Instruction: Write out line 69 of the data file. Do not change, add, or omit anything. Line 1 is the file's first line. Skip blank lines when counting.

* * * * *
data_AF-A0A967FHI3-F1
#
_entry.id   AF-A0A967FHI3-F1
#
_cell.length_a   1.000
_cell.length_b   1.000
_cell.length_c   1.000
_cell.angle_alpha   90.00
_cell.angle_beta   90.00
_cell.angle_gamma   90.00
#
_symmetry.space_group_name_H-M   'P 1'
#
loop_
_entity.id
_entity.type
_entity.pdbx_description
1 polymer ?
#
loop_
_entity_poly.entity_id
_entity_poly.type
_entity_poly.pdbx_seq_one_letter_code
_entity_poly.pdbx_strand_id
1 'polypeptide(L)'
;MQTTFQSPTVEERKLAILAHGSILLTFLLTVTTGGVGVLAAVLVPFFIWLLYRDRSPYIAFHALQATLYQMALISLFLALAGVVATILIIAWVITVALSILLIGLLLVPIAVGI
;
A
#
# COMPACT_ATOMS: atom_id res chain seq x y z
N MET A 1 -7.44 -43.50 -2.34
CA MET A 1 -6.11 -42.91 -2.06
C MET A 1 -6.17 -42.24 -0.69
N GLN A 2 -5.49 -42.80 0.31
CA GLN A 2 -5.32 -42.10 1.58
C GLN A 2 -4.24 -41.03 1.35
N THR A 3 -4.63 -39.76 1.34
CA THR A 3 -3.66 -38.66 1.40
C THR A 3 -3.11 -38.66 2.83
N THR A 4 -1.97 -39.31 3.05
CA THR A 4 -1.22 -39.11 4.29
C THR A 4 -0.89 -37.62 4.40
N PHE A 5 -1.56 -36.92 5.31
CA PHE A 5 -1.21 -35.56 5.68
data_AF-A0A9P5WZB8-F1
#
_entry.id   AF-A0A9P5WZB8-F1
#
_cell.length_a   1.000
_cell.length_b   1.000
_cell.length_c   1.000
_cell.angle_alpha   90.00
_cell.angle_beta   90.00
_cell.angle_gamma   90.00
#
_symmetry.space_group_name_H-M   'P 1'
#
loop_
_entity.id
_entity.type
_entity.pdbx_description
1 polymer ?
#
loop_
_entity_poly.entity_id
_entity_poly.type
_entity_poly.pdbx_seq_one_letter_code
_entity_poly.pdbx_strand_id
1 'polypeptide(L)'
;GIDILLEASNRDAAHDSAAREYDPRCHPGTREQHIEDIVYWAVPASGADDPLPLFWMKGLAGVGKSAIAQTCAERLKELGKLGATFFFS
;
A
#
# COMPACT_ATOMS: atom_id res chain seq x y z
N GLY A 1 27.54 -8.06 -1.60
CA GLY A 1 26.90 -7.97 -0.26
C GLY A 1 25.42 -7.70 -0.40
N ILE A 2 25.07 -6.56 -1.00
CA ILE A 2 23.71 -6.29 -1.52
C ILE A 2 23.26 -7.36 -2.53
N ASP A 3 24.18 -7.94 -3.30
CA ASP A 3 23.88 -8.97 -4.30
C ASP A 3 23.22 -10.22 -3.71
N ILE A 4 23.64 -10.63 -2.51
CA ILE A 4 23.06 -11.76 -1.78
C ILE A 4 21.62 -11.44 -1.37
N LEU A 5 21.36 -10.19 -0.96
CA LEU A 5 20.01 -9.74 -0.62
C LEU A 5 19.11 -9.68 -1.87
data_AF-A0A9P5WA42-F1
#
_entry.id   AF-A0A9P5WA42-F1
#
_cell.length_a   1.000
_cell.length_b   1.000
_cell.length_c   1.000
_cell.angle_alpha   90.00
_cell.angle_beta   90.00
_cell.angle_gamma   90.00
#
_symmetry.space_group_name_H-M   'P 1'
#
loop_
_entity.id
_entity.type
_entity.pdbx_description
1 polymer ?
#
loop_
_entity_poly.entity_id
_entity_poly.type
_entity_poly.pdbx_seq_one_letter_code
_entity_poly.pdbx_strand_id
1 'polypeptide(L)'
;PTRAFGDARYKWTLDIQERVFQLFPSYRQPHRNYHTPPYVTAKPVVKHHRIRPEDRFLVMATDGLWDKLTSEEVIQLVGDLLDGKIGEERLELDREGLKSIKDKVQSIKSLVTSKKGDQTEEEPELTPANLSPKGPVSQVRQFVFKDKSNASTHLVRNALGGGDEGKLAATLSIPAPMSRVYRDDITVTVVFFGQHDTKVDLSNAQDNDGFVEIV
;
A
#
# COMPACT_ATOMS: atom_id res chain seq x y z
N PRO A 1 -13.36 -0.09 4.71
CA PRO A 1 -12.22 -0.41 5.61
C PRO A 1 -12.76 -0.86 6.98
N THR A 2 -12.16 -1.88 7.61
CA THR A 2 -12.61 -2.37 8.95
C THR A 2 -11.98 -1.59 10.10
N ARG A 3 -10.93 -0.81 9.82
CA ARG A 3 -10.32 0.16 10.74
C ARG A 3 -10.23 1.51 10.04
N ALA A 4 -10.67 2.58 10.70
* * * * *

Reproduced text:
1 'polypeptide(L)'